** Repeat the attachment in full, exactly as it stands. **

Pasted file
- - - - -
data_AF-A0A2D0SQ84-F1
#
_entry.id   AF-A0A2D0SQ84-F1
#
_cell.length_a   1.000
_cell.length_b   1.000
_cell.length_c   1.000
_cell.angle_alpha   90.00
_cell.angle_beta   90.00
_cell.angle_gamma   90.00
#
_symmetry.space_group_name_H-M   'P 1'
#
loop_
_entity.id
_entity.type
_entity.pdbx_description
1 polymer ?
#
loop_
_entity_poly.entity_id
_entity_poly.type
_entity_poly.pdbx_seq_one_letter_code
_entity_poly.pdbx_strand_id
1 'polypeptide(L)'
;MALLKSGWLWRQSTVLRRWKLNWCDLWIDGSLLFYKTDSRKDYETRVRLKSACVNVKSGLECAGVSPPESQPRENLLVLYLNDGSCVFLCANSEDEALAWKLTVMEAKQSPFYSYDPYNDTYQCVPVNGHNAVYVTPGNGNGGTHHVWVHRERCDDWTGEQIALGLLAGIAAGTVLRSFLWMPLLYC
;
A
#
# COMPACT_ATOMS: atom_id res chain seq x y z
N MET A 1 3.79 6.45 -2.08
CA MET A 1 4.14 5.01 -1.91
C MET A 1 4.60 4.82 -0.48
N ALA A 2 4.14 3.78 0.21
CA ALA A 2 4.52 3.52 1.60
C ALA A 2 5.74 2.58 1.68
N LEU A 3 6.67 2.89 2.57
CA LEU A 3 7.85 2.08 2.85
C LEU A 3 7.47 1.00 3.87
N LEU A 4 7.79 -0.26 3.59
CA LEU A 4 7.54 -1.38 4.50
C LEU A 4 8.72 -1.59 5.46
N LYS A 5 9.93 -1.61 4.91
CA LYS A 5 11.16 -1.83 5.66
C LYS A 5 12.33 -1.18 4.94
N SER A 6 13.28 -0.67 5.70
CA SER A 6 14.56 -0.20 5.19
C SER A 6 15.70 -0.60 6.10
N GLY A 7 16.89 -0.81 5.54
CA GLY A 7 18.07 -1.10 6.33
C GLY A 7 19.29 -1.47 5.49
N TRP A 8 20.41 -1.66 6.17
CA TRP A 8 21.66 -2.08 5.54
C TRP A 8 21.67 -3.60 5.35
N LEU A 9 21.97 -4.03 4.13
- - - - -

data_AF-A0A2D0SQ84-F1
#
_entry.id   AF-A0A2D0SQ84-F1
#
_cell.length_a   1.000
_cell.length_b   1.000
_cell.length_c   1.000
_cell.angle_alpha   90.00
_cell.angle_beta   90.00
_cell.angle_gamma   90.00
#
_symmetry.space_group_name_H-M   'P 1'
#
loop_
_entity.id
_entity.type
_entity.pdbx_description
1 polymer ?
#
loop_
_entity_poly.entity_id
_entity_poly.type
_entity_poly.pdbx_seq_one_letter_code
_entity_poly.pdbx_strand_id
1 'polypeptide(L)'
;MALLKSGWLWRQSTVLRRWKLNWCDLWIDGSLLFYKTDSRKDYETRVRLKSACVNVKSGLECAGVSPPESQPRENLLVLYLNDGSCVFLCANSEDEALAWKLTVMEAKQSPFYSYDPYNDTYQCVPVNGHNAVYVTPGNGNGGTHHVWVHRERCDDWTGEQIALGLLAGIAAGTVLRSFLWMPLLYC
;
A
#
# COMPACT_ATOMS: atom_id res chain seq x y z
N MET A 1 3.79 6.45 -2.08
CA MET A 1 4.14 5.01 -1.91
C MET A 1 4.60 4.82 -0.48
N ALA A 2 4.14 3.78 0.21
CA ALA A 2 4.52 3.52 1.60
C ALA A 2 5.74 2.58 1.68
N LEU A 3 6.67 2.89 2.57
CA LEU A 3 7.85 2.08 2.85
C LEU A 3 7.47 1.00 3.87
N LEU A 4 7.79 -0.26 3.59
CA LEU A 4 7.54 -1.38 4.50
C LEU A 4 8.72 -1.59 5.46
N LYS A 5 9.93 -1.61 4.91
CA LYS A 5 11.16 -1.83 5.66
C LYS A 5 12.33 -1.18 4.94
N SER A 6 13.28 -0.67 5.70
CA SER A 6 14.56 -0.20 5.19
C SER A 6 15.70 -0.60 6.10
N GLY A 7 16.89 -0.81 5.54
CA GLY A 7 18.07 -1.10 6.33
C GLY A 7 19.29 -1.47 5.49
N TRP A 8 20.41 -1.66 6.17
CA TRP A 8 21.66 -2.08 5.54
C TRP A 8 21.67 -3.60 5.35
N LEU A 9 21.97 -4.03 4.13